Lateral Thinkers

We, therefore, need more lateral thinkers who can assert themselves entrepreneurially and drive forward new ideas with a readiness to assume risk. Start-ups can take up this role. They can go down completely new paths so as to adjust to changing market conditions and customer needs and to turn a stale business model on its head. The investors are ready to assume a risk and expect just that. Disruptive innovations can be of considerable value from a financial and corporate viewpoint.

This can be attractive for start-ups and investors. The sector is actively searching for innovations and new areas of business. This also drives company takeovers and fusions. PricewaterhouseCoopers (PwC) talks of a takeover fever, noting a mergers and acquisitions (M&A) transaction amount of US$ 137.7B in the first half on 2016 alone.

Thus innovative company flotations have a strong breeding ground and good prospects.


Hurdles for Entrepreneurs in Chemistry

On the other hand, chemistry start-ups have to deal with many obstacles. In many cases the required capital is high. Research and development is very costly, and expensive plants are required for production. In addition, the path to a marketable product can be long: New materials are often located right at the start of the value chain and have to be integrated into the developmental work of new products or changes to products. Market penetration can take a long time. Furthermore, the licencing and approval process can take years. Many start-ups cannot emerge from the pototypical phase.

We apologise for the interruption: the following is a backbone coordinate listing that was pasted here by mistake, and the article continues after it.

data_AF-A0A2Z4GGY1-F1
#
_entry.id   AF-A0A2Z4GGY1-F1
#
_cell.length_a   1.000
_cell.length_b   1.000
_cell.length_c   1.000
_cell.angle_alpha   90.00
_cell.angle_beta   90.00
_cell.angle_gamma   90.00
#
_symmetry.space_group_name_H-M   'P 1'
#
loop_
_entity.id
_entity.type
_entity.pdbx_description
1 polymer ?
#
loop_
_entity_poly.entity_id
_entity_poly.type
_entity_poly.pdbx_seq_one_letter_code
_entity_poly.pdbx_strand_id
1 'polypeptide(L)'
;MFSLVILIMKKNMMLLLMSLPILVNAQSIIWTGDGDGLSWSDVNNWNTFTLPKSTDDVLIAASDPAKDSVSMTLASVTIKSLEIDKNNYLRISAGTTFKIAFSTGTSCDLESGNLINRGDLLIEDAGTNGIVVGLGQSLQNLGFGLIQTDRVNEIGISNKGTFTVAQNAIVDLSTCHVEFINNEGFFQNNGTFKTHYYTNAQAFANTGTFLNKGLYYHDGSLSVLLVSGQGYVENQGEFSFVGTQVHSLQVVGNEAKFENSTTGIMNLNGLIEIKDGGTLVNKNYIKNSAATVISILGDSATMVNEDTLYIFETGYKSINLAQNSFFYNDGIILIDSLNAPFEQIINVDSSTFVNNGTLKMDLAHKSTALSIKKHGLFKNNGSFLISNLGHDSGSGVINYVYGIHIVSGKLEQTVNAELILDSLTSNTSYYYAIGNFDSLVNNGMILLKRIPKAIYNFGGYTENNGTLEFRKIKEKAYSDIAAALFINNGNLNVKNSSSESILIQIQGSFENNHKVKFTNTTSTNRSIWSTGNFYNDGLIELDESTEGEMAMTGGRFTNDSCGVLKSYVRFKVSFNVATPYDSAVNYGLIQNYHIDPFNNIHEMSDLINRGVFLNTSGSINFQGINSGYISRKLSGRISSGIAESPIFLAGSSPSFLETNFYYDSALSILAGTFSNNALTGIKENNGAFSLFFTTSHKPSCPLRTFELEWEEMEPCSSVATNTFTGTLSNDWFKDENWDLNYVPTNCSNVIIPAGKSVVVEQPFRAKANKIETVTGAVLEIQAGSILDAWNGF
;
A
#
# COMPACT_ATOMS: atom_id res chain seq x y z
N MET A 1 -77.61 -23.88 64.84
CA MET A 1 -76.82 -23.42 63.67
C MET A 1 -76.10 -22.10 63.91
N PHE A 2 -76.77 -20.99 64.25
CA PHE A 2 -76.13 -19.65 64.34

Figure 2. Obstacles to innovation of start-ups in the chemical industry in 2015 (Sources: Statista; IW Köln; various sources (Santiago))

If start-ups carry out service contracts for larger companies, the intellectual property (IP) usually remains with the customer and only rarely with the start-up. A company is, however, only truly valuable when it offers its own products and its own IP. Companies offering innovative services thus have difficulties in finding investors. Figure 2 shows the greatest hurdles to innovation for chemistry start-ups.

The frequently mentioned barriers and obstacles for flotations in general and in the chemistry sector in particular, which stand in opposition to the otherwise good terms for chemistry companies, such as lack of capital, bureaucracy, not enough guidance, not enough networks could be overcome, or even better, circumvented.

Many areas of innovation in chemistry involve new software to help solve specific problems. Enzymes, additives, bacteria, and biochemical applications can lead to good business on a small scale. If this leads to applications on a large scale, many established companies are ready to act as partners. From Germany as the leading exporter, these partners can carry the innovations out into the world and define new standards.


Chemists Prepared for Risk and Support